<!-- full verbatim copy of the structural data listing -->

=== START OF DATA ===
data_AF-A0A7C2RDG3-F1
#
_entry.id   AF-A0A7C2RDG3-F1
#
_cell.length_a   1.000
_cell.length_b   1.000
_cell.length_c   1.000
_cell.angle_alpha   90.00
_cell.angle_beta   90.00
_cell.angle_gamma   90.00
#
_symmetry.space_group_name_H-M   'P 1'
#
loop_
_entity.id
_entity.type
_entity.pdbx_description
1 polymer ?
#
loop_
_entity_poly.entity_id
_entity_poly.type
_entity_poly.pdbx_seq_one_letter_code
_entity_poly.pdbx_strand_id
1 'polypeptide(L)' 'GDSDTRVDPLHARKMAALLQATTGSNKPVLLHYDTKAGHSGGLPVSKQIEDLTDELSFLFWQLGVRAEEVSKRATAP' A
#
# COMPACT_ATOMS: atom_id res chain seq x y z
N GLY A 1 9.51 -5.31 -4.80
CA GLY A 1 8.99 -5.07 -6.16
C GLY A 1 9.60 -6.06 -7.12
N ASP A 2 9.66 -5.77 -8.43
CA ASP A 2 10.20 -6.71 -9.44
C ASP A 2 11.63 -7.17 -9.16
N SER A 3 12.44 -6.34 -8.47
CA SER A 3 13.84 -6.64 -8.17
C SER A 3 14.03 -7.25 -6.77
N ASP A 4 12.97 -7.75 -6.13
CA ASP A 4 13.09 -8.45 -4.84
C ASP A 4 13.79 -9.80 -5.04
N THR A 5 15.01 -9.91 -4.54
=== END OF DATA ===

data_AF-A0A7C2RDG3-F1
#
_entry.id   AF-A0A7C2RDG3-F1
#
_cell.length_a   1.000
_cell.length_b   1.000
_cell.length_c   1.000
_cell.angle_alpha   90.00
_cell.angle_beta   90.00
_cell.angle_gamma   90.00
#
_symmetry.space_group_name_H-M   'P 1'
#
loop_
_entity.id
_entity.type
_entity.pdbx_description
1 polymer ?
#
loop_
_entity_poly.entity_id
_entity_poly.type
_entity_poly.pdbx_seq_one_letter_code
_entity_poly.pdbx_strand_id
1 'polypeptide(L)' 'GDSDTRVDPLHARKMAALLQATTGSNKPVLLHYDTKAGHSGGLPVSKQIEDLTDELSFLFWQLGVRAEEVSKRATAP' A
#
# COMPACT_ATOMS: atom_id res chain seq x y z
N GLY A 1 9.51 -5.31 -4.80
CA GLY A 1 8.99 -5.07 -6.16
C GLY A 1 9.60 -6.06 -7.12
N ASP A 2 9.66 -5.77 -8.43
CA ASP A 2 10.20 -6.71 -9.44
C ASP A 2 11.63 -7.17 -9.16
N SER A 3 12.44 -6.34 -8.47
CA SER A 3 13.84 -6.64 -8.17
C SER A 3 14.03 -7.25 -6.77
N ASP A 4 12.97 -7.75 -6.13
CA ASP A 4 13.09 -8.45 -4.84
C ASP A 4 13.79 -9.80 -5.04
N THR A 5 15.01 -9.91 -4.54